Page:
In other words, this story would not have felt complete UNLESS Mac and Jon did something dickey at the end like that. Something has to change over the course of any story.

That is a rule of storytelling that you just can’t break, but you may break it in unexpected ways.

Pax by Sara Pennypacker Novel Study

Pax Sara Pennypacker quote

Pax is a middle grade novel by Sara Pennypacker about a boy and a fox who embark upon a mythic journey to reunite after Pax is abandoned in the woods. Structurally, Pax is the middle grade equivalent of Cold Mountain by Charles Frazier. Though this story is classic mythical structure, there are shades of the Female Mythic Form, as the main character Peter (who happens to be male), thinks and feels his way through his journey rather than engaging in big struggle after swashbuckling big struggle.

MORE ON THE STORY STRUCTURE OF PAX

Pax was only a kit when his family was killed, and “his boy” Peter rescued him from abandonment and certain death. Now the war front approaches, and when Peter’s father enlists, Peter has to move in with his grandpa. Far worse than being forced to leave home is the fact that Pax can’t go. Peter listens to his stern father—as he usually does—and throws Pax’s favourite toy soldier into the woods. When the fox runs to retrieve it, Peter and his dad get back in the car and leave him there—alone. But before Peter makes it through even one night under his grandfather’s roof, regret and duty spur him to action; he packs for a trek to get his best friend back and sneaks into the night. This is the story of Peter, Pax, and their independent struggles to return to one another against all odds. Told from the alternating viewpoints of Peter and Pax.

publisher’s advertising copy

  • From the advertising copy we see there are orphan and part-orphan child(like) characters: Pax has no parents and Peter has no mother.The father is soon dispatched with, too.As it happens, Peter has no grandmother, either. Women have been removed from this story altogether, possibly because a feminine presence adds tenderness and care, whereas these characters are extremely vulnerable and must find their own family. However, Peter eventually meets a mother replacement, and Pax eventually meets the fox equivalent of a girlfriend. These female characters add to the character growth of the male characters, and a little vice versa as well.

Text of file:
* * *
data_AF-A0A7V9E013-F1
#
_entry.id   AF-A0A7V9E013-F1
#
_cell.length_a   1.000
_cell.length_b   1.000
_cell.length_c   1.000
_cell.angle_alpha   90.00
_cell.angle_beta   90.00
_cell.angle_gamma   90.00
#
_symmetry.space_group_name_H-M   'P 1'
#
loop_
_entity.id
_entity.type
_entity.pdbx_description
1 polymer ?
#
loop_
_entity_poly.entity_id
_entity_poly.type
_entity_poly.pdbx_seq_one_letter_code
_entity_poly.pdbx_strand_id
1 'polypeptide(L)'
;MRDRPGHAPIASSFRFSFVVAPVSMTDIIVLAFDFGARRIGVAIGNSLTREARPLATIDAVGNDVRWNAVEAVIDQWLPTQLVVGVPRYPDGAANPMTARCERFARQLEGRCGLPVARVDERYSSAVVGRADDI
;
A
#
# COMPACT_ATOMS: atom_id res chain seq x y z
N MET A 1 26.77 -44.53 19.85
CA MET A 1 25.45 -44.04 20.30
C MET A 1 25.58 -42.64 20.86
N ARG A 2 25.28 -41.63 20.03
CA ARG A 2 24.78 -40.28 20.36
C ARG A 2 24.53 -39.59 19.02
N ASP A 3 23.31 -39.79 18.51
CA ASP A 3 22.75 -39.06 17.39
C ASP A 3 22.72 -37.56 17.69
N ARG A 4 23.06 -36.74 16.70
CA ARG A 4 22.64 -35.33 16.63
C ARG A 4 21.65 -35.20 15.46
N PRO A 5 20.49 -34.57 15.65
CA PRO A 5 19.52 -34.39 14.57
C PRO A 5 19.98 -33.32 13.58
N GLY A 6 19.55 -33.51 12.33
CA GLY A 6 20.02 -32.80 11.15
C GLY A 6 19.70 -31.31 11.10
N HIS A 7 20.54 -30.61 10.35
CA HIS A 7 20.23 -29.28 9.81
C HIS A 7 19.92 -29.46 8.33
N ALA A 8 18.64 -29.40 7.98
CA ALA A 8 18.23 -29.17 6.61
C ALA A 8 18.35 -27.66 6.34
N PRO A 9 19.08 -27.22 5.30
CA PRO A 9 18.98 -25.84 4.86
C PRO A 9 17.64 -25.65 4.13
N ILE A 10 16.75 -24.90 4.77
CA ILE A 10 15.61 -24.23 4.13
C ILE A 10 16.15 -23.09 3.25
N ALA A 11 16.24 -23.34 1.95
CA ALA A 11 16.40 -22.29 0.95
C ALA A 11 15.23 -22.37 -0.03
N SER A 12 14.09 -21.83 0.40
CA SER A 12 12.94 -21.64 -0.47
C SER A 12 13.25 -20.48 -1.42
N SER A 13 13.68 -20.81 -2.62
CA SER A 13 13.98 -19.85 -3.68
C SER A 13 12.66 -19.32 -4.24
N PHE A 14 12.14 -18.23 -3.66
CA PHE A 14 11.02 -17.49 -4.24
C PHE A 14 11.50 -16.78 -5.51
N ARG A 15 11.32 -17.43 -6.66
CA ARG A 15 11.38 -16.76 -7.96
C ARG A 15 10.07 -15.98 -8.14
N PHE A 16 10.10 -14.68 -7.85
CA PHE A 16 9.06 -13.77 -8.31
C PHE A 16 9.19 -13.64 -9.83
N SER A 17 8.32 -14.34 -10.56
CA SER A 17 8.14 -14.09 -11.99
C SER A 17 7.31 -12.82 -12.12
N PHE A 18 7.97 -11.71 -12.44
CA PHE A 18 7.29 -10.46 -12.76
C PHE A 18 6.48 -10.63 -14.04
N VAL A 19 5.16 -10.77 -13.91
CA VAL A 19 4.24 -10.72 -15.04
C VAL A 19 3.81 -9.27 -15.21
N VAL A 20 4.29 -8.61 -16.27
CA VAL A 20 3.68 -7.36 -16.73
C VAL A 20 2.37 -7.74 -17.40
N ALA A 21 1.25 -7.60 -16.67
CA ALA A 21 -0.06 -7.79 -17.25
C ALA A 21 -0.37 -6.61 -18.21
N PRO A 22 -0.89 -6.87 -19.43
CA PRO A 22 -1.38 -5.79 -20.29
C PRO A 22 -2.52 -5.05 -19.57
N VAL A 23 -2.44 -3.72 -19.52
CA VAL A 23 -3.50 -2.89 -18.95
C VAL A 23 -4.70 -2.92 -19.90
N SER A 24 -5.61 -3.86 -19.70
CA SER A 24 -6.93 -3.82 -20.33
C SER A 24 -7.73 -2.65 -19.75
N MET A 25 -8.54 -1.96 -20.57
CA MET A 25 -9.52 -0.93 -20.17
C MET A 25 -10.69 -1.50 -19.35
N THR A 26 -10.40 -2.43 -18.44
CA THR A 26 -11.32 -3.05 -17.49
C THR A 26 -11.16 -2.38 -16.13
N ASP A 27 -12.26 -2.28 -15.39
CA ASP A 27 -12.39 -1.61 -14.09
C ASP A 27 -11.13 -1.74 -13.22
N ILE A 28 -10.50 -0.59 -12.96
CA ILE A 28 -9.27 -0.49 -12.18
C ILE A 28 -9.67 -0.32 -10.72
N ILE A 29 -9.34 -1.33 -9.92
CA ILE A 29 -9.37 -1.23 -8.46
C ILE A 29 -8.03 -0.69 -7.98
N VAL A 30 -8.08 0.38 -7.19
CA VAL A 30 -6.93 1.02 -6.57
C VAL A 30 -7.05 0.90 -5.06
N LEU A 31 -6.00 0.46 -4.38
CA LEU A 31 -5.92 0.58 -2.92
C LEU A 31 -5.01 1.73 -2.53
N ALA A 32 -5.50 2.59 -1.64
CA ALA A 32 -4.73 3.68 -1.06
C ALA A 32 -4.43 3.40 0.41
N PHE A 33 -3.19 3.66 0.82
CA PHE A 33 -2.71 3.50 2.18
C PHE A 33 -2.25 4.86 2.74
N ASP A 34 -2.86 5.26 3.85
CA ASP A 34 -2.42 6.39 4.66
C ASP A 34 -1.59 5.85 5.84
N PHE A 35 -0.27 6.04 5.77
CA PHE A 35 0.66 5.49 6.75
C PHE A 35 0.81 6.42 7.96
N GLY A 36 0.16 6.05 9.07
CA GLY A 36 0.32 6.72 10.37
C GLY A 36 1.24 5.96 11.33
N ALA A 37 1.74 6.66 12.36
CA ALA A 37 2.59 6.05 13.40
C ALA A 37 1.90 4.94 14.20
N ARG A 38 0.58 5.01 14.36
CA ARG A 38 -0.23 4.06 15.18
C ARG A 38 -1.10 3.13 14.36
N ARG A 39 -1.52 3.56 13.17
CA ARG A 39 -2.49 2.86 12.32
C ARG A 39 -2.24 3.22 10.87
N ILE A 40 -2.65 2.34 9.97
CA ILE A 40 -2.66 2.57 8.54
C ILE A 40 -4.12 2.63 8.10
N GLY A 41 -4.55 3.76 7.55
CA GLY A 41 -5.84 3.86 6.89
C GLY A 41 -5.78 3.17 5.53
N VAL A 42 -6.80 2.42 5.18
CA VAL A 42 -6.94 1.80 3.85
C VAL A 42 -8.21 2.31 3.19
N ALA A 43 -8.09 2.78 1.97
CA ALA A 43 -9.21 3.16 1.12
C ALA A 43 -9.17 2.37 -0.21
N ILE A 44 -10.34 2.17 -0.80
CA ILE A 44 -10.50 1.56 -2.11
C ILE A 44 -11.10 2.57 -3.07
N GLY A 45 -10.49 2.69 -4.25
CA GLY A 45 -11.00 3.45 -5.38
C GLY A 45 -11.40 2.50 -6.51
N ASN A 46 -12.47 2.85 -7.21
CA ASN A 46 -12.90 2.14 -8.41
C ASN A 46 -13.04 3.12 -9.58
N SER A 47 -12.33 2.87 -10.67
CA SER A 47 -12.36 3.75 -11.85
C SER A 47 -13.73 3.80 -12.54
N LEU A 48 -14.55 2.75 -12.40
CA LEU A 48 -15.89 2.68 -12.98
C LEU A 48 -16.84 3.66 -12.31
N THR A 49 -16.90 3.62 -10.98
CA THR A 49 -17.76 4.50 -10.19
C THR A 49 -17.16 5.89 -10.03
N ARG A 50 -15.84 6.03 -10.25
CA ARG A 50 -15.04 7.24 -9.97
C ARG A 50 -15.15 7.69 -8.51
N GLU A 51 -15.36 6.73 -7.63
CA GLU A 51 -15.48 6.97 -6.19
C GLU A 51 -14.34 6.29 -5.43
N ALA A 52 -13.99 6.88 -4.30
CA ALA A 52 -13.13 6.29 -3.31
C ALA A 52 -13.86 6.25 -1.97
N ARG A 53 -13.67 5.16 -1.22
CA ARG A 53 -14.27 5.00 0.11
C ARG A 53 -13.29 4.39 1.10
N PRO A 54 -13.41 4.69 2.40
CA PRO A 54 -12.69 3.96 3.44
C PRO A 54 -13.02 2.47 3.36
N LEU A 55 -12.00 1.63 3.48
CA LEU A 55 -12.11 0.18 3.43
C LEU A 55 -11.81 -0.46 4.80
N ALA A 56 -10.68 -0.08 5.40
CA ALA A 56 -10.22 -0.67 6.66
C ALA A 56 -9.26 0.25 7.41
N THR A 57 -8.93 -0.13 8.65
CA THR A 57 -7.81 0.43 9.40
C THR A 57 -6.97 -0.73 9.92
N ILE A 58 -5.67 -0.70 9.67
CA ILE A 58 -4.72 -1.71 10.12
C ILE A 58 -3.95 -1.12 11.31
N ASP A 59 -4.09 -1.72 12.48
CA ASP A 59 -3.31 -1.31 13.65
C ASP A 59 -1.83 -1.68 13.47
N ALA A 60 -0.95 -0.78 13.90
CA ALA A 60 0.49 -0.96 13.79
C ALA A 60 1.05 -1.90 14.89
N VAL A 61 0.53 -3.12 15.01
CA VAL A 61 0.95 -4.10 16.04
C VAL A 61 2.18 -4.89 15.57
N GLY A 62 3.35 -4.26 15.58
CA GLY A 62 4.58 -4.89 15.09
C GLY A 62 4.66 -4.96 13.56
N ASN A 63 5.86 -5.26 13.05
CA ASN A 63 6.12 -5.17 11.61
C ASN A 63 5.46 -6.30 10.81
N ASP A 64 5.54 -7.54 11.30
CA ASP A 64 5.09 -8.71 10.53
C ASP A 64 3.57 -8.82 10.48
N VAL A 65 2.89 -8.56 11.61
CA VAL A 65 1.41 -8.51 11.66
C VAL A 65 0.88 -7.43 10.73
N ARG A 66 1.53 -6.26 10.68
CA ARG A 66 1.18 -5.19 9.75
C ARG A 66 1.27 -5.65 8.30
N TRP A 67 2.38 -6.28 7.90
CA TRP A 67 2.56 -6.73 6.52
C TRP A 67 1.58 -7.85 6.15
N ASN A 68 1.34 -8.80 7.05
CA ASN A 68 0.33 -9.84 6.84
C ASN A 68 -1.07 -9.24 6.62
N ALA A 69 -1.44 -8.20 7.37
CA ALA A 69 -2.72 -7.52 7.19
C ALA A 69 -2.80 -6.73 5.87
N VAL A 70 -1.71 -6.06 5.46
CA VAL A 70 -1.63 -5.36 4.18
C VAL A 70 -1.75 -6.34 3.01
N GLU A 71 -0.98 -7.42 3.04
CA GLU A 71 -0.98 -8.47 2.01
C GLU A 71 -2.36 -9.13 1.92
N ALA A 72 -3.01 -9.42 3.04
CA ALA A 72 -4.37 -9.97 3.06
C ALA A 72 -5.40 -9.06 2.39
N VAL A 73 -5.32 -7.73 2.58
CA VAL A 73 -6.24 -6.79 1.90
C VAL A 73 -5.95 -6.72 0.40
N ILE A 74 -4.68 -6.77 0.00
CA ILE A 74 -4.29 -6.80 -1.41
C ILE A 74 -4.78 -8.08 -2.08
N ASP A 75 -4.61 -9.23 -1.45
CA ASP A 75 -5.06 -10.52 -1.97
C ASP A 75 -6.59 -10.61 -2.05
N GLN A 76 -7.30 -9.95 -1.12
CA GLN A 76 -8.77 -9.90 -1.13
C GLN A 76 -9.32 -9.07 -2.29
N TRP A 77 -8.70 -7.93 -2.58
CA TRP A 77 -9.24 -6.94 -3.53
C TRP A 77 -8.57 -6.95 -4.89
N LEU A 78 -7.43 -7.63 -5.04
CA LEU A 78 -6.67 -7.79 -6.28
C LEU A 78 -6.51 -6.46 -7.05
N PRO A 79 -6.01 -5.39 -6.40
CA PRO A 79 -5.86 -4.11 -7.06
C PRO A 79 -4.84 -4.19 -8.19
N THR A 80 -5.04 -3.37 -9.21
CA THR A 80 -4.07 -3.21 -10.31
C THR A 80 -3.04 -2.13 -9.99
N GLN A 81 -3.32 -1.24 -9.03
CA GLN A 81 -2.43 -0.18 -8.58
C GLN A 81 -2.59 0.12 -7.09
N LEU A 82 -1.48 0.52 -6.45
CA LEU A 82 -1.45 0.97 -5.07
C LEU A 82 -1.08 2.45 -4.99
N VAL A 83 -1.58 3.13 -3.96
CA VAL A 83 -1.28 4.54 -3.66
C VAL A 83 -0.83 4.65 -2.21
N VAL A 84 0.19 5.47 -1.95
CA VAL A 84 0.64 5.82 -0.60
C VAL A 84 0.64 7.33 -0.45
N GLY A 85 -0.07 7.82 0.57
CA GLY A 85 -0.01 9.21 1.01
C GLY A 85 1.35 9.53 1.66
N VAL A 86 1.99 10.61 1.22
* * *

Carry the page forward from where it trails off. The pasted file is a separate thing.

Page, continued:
• A mean grandfather is left as Peter’s caretaker, leaving plenty of room for Peter to go off on his own adventure.
  • The toy soldier is symbolic, and features front and centre in chapter one. Toy soldiers juxtapose the innocence of childhood with the awful destruction of war. At the end of the story Peter literally throws the toy away. That’s what he thinks about war.
  • The basic setting: pre-war — the author aims for universality and doesn’t name a war, though I default to WW2.
  • We also learn from the advertising copy that this story is a classic example of mythic structure, about a boy going on a journey with a goal in mind, returning home (or to a new home) a changed person. (Or animal.) He will encounter a series of trials and opponents along his way, finding himself in greater and greater danger until he reaches his ultimate big struggle. Then he will have a anagnorisis.

Advertising copy stops before the middle of the book, not giving too much away. More of the structure is revealed as we read:

  • In the hero’s journey, at about the midpoint the main character really doubles down on their mission (plan + desire). So when Peter overextends himself with exercises at Vola’s, this is that. “It takes a healthy adult four weeks to do what you’re trying to do in one,” Vola tells him. This is evidence of Peter’s extreme determination, almost superhuman.
  • The big struggle scene features ‘mythical’ creatures, coyotes, who are not anthropomorphised at all.
  • Peter’s anagnorisis is that he is actually separate from his pet fox, but because of the bond they shared in the past, they will always be together. The problems with the ending are discussed below.

My description of this story structure sounds a little dismissive, but The Hero’s Journey is a structure that has worked for 3000 years, and continues to be popular in contemporary stories for adults and children alike.

STORYWORLD

Peter comes from a town called Hampton.

The grandfather’s village is a fairytale village north of Hampton, but a highway snaking around a long range of foothills. It is surrounded by woods. All fairytale settings need woods (or forest) on the edges of civilisation. There’s also a road, and Peter will be guided by a map. Pax has been abandoned 300 miles away beside the ruins of an old rope mill, which I guess is a factory which makes ropes. An olde worlde type establishment. 300 miles is a decent distance to put between the boy and his dog — an adult reader (at least) knows from the outset that 30 miles per day is an impossible undertaking. Peter’s going to have to be resourceful and hitchhike or something, otherwise he’ll never make it.